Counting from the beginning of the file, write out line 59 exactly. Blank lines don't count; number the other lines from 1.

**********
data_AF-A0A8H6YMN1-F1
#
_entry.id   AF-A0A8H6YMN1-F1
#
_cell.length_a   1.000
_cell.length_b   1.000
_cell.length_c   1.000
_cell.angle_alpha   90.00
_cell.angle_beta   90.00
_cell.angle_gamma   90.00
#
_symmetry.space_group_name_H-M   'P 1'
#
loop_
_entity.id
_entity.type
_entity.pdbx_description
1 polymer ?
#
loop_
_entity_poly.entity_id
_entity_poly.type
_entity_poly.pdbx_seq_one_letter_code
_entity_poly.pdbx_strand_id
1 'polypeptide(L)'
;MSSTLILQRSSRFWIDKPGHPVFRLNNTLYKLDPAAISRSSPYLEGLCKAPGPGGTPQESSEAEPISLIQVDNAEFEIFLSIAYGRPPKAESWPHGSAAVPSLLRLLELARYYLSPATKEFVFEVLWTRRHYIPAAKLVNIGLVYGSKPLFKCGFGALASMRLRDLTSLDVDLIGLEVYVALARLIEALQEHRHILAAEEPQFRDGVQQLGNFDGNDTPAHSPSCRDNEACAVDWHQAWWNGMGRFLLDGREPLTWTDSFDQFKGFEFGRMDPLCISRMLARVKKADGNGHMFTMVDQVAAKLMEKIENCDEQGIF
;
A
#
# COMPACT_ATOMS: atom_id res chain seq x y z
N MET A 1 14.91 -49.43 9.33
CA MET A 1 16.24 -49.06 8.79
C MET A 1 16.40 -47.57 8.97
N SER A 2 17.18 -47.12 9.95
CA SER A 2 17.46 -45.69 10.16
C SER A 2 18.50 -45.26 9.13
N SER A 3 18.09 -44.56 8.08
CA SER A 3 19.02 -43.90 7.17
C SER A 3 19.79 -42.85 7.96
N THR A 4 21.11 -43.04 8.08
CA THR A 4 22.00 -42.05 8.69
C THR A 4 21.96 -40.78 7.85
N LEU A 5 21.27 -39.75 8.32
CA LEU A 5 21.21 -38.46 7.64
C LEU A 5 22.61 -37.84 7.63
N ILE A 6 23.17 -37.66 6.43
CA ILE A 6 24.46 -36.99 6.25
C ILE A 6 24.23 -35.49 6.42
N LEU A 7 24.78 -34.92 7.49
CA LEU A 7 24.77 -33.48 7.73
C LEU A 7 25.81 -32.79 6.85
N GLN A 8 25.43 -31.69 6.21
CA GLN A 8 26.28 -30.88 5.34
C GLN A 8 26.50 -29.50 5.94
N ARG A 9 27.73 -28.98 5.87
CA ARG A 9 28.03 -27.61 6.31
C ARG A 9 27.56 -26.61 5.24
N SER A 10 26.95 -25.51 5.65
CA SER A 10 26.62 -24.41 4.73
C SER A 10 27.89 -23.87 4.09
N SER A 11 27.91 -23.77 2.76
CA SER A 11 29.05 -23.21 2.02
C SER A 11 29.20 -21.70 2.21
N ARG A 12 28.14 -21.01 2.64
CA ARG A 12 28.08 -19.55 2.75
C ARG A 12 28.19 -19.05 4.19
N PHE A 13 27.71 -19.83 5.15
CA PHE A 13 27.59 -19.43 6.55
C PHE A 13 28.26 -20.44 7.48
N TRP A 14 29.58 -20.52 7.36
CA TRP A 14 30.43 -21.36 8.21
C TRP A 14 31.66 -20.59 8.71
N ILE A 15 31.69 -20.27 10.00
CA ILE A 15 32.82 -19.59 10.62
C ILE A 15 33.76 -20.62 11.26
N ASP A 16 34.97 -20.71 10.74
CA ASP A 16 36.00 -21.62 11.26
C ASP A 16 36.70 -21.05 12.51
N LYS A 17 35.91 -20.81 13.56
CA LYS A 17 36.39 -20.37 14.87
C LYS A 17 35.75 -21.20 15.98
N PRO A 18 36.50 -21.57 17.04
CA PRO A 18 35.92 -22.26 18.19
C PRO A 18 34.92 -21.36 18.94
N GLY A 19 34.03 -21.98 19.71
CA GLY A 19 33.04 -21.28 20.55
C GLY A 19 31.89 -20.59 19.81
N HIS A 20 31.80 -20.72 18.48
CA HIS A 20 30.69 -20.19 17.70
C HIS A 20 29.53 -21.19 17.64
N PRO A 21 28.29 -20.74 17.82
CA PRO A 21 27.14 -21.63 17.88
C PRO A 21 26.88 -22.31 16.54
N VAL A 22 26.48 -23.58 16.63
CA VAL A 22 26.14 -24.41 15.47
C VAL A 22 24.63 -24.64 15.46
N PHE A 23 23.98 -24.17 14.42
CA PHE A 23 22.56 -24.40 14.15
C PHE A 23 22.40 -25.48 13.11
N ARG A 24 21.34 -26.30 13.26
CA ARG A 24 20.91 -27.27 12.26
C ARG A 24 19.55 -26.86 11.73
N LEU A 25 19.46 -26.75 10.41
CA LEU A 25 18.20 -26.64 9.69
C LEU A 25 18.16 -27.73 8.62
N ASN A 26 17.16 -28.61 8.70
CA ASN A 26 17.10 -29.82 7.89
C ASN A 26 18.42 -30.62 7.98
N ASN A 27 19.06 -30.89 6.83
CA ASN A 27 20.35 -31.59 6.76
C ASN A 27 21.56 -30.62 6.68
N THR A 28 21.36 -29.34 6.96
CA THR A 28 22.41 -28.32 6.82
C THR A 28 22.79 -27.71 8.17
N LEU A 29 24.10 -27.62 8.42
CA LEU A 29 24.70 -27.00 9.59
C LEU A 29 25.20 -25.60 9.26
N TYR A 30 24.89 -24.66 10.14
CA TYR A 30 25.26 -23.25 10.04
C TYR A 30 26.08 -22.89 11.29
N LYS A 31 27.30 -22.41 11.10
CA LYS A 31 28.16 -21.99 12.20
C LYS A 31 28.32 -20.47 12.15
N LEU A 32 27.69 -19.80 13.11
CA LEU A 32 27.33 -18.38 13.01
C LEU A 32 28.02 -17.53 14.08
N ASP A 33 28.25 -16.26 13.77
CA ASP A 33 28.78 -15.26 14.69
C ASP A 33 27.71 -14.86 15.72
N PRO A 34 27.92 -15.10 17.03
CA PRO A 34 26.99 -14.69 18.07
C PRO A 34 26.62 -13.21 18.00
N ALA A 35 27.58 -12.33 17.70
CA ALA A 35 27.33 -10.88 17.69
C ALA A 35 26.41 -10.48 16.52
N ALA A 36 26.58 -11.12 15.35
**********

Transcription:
CA SER A 10 26.62 -24.41 4.73